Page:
On July 6, 2011 the Federal Reserve Board and the Federal Trade Commission issued final rules to implement additional credit score disclosure requirements mandated by the Dodd-Frank Act. The new rules require the disclosure of credit score information if a credit score is used in setting material terms of credit or in taking adverse action. These notices are required under the Fair Credit Reporting Act (FCRA) and the Equal Credit Opportunity Act (ECOA). More details on the proposed rules can be found in an article from the June 2011 newsletter located at: http://www.docutechcorp.com/revisions-to-the-fcraecoa-adverse-action-notices. In short, the new notices require the disclosure of (1) the numerical credit score used in making the credit decision; (2) the range of possible scores under the model used; (3) the key factors that adversely affected the credit score of the consumer model used; (4) the date on which the credit score was created; and (5) the name of the person or the entity that created the score.
The final rules contain new model forms that may be used to comply with the new requirements. The final rules will become effective thirty days after the rules are published in the federal register. As of the date of this article the rules have not yet been published, but they are expected to be published soon. DocuTech will have revised forms available for use before the effective date. If you have questions or concerns regarding the adverse action or risk-based pricing notices, please contact your DocuTech client support representative. You can also access the final rules at: http://www.federalreserve.gov/newsevents/press/bcreg/20110706a.htm.
DON’T SAY NO TO KNOW BEFORE YOU OWE
The Consumer Financial Protection Bureau has been hard at work getting ready for the July 21, 2011 designated transfer date when they will assume regulatory authority over several consumer protection statutes. High on the list of priorities for the CFPB is simplifying the disclosure process for residential mortgage transactions. The Bureau has been hard at work circulating drafts of a combined TILA/RESPA disclosure for comment by consumers and industry participants. The most recent drafts of these disclosures were released on June 27, 2011. The new versions “Redbud Credit Union” and “Dogwood Credit Union” focus on the back page of the disclosure which deals with settlement costs. The Bureau is looking for feedback on whether these forms will help consumers understand closing costs. If you haven’t seen these forms they can be found on the Bureau’s website located at: http://www.consumerfinance.gov/know-before-you-owe-were-back/. DocuTech encourages everyone to not say no to know before you owe. While the comment period on this round of proposed disclosures expired on July 5, 2011, there are sure to be other opportunities to help improve these disclosures so they are beneficial to consumers and the industry. Be sure to make your voice heard.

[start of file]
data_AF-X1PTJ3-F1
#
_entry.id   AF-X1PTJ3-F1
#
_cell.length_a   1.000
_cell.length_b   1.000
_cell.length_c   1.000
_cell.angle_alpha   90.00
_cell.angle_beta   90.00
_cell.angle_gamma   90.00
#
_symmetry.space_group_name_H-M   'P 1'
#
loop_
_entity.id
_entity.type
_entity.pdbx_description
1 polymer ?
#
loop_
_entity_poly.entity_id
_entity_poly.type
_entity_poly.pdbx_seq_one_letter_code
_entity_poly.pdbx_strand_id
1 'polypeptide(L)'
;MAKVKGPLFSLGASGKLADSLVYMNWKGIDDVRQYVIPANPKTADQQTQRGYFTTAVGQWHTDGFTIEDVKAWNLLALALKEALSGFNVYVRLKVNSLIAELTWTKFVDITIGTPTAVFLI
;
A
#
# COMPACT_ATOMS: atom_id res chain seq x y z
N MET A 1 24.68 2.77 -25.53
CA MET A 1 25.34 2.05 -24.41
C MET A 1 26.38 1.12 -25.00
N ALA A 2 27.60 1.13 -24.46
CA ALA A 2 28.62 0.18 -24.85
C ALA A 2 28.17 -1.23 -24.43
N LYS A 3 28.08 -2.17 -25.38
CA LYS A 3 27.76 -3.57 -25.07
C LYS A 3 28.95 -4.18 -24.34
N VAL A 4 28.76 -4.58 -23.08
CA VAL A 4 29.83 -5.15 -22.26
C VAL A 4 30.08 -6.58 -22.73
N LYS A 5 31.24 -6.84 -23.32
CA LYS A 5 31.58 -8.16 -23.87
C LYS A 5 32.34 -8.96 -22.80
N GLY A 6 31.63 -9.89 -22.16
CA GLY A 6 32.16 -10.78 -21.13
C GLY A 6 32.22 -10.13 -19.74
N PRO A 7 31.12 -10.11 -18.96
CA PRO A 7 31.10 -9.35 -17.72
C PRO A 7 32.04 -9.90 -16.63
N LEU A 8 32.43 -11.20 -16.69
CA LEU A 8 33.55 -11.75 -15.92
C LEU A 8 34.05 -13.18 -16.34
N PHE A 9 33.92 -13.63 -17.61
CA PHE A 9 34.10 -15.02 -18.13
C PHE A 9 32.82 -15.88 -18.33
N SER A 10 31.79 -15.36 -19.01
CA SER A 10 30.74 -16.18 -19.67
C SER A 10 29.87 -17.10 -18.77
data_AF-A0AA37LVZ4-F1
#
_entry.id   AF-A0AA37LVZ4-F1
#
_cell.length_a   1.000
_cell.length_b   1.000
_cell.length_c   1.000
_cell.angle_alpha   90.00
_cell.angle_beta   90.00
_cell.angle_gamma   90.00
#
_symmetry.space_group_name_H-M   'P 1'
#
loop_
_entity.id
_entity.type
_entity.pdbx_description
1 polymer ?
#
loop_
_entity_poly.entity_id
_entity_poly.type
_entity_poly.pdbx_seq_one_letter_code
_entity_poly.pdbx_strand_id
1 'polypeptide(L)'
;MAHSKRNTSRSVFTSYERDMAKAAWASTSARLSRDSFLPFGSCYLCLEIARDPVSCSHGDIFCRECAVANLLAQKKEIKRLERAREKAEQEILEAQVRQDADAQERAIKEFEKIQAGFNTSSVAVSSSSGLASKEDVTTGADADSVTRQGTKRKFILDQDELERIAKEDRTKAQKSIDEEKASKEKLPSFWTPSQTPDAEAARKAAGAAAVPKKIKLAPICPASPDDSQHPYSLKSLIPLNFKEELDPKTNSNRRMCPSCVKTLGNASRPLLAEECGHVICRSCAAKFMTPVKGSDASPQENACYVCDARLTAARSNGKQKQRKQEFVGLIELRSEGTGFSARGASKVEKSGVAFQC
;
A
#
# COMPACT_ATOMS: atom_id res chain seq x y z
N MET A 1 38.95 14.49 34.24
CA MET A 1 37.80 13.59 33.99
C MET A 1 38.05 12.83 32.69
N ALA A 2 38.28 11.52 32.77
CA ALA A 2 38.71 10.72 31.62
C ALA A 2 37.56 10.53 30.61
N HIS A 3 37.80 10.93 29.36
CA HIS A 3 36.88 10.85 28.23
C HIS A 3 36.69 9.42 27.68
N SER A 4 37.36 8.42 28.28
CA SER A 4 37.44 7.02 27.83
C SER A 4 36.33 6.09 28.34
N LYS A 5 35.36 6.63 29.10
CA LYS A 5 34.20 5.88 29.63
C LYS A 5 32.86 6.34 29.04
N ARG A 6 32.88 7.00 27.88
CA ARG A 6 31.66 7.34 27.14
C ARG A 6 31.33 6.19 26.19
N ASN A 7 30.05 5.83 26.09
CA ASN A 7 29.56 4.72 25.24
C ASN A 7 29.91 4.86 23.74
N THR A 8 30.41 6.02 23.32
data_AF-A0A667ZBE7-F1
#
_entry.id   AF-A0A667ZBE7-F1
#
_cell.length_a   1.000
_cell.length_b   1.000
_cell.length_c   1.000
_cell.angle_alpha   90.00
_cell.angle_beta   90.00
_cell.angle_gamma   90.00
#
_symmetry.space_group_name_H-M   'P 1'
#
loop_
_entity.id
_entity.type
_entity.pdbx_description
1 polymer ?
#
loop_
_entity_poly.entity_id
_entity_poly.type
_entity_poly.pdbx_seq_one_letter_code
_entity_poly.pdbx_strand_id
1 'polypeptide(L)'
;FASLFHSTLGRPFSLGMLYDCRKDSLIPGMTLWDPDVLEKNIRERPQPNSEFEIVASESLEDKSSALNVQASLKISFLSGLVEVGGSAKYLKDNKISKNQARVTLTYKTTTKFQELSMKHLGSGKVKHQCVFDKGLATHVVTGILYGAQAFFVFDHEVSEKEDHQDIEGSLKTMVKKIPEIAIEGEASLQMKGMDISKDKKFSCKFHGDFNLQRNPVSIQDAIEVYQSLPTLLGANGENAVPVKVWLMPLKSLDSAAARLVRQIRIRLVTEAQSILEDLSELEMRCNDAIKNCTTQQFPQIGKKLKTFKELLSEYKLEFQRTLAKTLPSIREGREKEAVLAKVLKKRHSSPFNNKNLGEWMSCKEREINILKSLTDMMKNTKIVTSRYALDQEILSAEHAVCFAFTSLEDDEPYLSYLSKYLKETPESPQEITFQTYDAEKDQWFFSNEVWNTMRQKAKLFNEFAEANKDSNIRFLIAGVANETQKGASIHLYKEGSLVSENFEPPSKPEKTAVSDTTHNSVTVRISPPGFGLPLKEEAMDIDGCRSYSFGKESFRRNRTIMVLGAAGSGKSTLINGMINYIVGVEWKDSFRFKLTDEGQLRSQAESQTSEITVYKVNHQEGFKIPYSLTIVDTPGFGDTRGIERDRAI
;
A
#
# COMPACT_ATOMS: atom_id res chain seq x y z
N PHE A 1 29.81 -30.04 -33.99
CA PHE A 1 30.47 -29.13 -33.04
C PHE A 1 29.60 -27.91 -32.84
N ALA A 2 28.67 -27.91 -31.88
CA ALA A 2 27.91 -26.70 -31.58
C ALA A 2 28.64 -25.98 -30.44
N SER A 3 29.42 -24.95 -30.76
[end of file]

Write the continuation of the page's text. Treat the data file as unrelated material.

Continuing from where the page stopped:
The regulatory compliance environment is rapidly and constantly changing. These changes are expected to continue as authority is transferred to the CFPB. The changes on the federal level will force changes at the state level as states examine their consumer protection statutes in light of all the new rules. DocuTech is committed to keep you compliant with the changes in this turbulent environment. If you have any questions or concerns with these changes or any other issues related to mortgage documentation please contact your DocuTech client support representative.